Just about every time the issue of gun control comes up someone will make the “we license cars, don’t we” and suggest that we need to license guns like we license cars.
Well, I’ll take that compromise right now. Right. this. instant.
If we license guns like cars, then, first, licenses are only required for cars and the operators thereof, that will be operated on the public streets. No license required for use on private property. (Note: Don’t bother challenging me on this; I used to drive autocross and have not only seen, but driven, more than a few cars that are not licensed, titled, or otherwise registered because they were never intended for use on public streets. In fact, most of them weren’t legal for public streets.)
Licenses will be available to individuals as young as 16, learners permits (for operating with supervision on the public streets) as young as 15 (depending on the State).
Licenses valid in all 50 States and every municipality within those States.
Licenses valid, by treaty, in most foreign nations (An “international drivers’ license” is simply a translation of your State drivers’ license into various foreign languages so the local law enforcement can know what your State licensed you to drive–has no legal weight in and of itself).
No federal license required for running a business buying and selling.
No background checks for purchase. Indeed, if you don’t intend to operate it on public streets no paperwork at all beyond a bill of sale (and that’s just to protect you in case the previous owner wants to claim you stole it).
No license required to transport on public streets, concealed or not, (Those cars at the autocross? They didn’t get there by apportation–they were all transported on public streets, many in ways that would count as “concealed” for firearms in at least some States). Oh, and at least one state considered (transported in a vehicle) exactly the same, legally, as carried on ones person for firearms so it’s entirely valid to consider a trailered vehicle comparable to a firearm on ones person for purposes of comparison. After all, if the State considers the comparison valid for one, then it’s valid for the other, if we’re really “licensing guns like cars”.
Dire emergence a valid proactive defense for an unlicensed operator. If you have a real, life-threatening emergency that calls for the use of your item, then that justifies even an unlicensed user using an unlicensed item on the public streets.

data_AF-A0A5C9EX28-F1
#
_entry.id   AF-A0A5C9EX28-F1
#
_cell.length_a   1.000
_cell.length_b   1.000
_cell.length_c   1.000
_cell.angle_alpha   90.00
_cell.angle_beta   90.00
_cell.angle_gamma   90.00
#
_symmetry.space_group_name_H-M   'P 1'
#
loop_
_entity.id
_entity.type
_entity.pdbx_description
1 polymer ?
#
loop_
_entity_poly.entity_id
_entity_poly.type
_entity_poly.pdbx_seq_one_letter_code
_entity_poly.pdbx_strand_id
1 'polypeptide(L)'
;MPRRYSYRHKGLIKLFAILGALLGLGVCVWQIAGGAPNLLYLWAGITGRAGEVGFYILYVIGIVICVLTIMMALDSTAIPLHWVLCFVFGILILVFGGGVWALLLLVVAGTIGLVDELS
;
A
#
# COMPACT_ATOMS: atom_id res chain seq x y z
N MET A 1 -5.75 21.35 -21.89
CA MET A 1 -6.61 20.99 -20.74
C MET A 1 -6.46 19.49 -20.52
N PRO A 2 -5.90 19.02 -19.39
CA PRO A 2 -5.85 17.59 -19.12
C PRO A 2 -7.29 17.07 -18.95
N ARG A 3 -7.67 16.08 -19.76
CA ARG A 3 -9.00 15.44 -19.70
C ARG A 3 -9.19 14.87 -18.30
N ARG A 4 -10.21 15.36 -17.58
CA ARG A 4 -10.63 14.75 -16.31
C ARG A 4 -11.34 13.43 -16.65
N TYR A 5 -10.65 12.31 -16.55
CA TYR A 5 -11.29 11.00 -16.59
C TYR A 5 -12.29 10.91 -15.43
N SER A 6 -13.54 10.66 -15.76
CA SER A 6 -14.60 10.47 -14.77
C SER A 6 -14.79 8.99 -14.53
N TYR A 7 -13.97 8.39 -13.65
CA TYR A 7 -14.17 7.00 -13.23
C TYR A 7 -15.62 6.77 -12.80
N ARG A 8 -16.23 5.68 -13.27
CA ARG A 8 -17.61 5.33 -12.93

No limits on size, power, or operating mechanism for items that are not to be used on the public streets.
Oh, and because it bears repeating: no license required for item or operator if not being used on public streets, and even then “dire emergency” justifies non-licensed use on those public streets.
If we “licensed guns like cars” the only time you would ever need a license is if you were going to operate (drive , shoot ) the object (car, gun) on public property. And dire, life-threatening emergency would be an affirmative defense of operation even without a license.
So, the only time a license would be needed would be for non-emergency use of the firearm. I.e. hunting and sport shooting. None would be required for self defense since that, by definition, is “dire emergency”.
“License guns like cars” would be an unqualified improvement on the current situation from the perspective of gun owners because in every aspect where cars are restricted, guns are restricted every bit as much.
In short, to make it clear, if we “licensed guns like cars” the only time one would ever need a license is for shooting of guns on the public streets and an actual emergency (like, say, a self-defense situation) would still permit unlicensed use. In short, there would be no need ever to license the ownership or carrying of guns.
Eventually, I learned that some of the worlds I’d created just dripped story ideas. There were just so many things I could do moving forward or backward in time or to different locations in the same world. And then I found, thanks to that writing book Sarah recommended, that I could sit down cold, pick some starting point (say, “I want to set this story on the Moon, in my FTI world during the colonization phase, and maybe have a teenage protagonist”) and just noodle around until I’d generated a “story idea.”
Finally, I’d reached the point where I no longer had to worry that I’d run out of story ideas, that the time would come that I’d have to say “I’m done” because I had nothing left to write.
Only took me 37 years. 😉